The latest data from the Nigerian Stock Exchange reveal transactions from local investors on the Stock Exchange 2019 year to date is about N775 billion, compared to foreign investor participation of about N689 billion. Local and foreign investor activities in the stock market are projected to fall short of N1.1 trillion and N1.2 trillion recorded in 2018 respectively.
Positively Correlated: Whenever there is a rise in local and foreign investor participation the All Share Index ended the year positively. The Nigerian Stock Exchange All Share Index has so far returned a loss of 16% year to date and is likely to close in negative territory.
The reason for the poor performance of stocks is largely attributed to the lack of demand for Nigerian stocks by both foreign and local investors. While the former has become the demand driver for stocks over the last 5 years, most analysts consider local investment appetite as a sustainable way of keeping demand alive in the stock market.
Rise and fall: According to the NSE, over a 12–year period, domestic transactions decreased by 66.68% from N3.5 trillion in 2007 to N1.185 trillion in 2018, whilst foreign transactions increased by 97.88% from N616m to N1.219 trillion over the same period. In the last 6 years (before 2019), foreign investor–led transactions were about N6.1 trillion compared to N4 trillion for the previous 6 years. This compares to N6.1 trillion and N10.4 trillion respectively for local investor inflows. The Nigerian stock market has thus relied heavily on foreign investment portfolio inflows to maintain demand and drive up market values. But it wasn’t always this way.
Banking crisis: Everything changed in 2011 after former CBN Governor Sanusi Lamido Sanusi changed the capital control rules allowing foreign investors to repatriate their inflows whenever they wanted to, provided that they had a certificate of capital importation. It also coincided with a dark period for Nigerian banking, following the collapse of several Nigerian banks including the likes of Oceanic Bank and Intercontinental Bank.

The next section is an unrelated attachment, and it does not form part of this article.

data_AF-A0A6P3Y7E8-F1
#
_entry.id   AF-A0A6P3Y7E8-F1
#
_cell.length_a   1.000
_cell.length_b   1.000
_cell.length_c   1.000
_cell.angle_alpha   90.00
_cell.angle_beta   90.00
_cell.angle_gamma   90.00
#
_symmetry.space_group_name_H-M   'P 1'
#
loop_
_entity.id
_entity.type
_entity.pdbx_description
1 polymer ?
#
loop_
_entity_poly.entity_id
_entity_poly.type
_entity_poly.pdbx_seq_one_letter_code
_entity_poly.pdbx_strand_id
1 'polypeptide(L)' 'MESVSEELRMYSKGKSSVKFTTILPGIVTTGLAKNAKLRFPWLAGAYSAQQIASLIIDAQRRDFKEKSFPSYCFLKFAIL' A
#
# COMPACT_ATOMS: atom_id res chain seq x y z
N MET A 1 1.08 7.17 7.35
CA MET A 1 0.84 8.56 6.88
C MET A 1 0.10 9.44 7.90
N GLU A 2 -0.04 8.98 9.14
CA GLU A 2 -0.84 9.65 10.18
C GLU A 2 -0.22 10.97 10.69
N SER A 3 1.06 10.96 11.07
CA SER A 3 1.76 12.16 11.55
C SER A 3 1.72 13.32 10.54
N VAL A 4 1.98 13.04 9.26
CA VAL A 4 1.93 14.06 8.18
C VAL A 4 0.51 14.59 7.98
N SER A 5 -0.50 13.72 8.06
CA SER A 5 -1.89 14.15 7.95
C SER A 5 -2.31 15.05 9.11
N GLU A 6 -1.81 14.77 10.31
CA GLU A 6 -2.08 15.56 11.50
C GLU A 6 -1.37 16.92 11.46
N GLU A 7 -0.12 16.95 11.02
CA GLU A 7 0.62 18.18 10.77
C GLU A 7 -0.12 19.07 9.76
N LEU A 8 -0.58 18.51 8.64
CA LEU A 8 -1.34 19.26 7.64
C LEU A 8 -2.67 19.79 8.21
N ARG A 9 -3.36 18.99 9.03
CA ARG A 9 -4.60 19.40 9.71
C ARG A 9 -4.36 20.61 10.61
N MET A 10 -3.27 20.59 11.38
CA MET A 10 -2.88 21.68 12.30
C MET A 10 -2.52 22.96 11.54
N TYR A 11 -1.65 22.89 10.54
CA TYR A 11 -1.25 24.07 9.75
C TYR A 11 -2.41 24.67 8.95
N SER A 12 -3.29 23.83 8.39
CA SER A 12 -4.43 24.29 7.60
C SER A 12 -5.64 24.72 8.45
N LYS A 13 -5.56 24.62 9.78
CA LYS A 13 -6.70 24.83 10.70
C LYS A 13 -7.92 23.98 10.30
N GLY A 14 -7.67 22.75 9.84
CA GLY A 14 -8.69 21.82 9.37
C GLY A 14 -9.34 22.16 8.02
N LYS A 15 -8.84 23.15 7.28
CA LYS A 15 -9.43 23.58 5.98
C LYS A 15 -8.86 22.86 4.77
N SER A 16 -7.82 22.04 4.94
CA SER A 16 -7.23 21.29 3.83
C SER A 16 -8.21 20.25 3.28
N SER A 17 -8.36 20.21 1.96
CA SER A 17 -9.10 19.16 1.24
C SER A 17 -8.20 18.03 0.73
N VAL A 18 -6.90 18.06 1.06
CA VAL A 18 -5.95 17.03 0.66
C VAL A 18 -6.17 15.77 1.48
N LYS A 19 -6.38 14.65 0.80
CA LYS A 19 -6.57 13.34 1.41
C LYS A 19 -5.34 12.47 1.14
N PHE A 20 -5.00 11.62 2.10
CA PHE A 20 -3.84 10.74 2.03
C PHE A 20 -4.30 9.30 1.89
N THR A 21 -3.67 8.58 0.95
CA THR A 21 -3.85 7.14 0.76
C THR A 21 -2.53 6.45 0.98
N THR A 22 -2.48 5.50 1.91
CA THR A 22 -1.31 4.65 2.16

Since then, how the stock market performs has been less of fundamentals but more of foreign investor appetite for Nigerian stocks. Whenever the US cut rates, foreign investor inflow finds its way into emerging markets like Nigeria. Sometimes, demand for Nigerian stocks wanes if investors perceive that the exchange rate is overvalued, calling for a devaluation.
Most recently, it has been a combination of waning emerging market appetite, disdain for Buharinomics and geopolitical battles between Europe and Brexit, US and China, etc. For Nigeria to get out of its reliance on foreign investor demand, it will have to revisit another dark period in the history of the stock market.
Margin Lending: The major reason why the local stock market attracted trillions in investment was margin lending. Back then, newly capitalized banks lent out billions of naira to investors in the form of margin lending, driving up market valuations exponentially. Unfortunately, lack of proper credit risk management, weak regulations, and insider trading meant that investors and banks would later lose billions of naira when the bubble burst.
However, margin lending remains the key to unlocking value in the stock market. With effective regulations, the right incentives and better credit risk management, tens of billions can be poured into the stock market.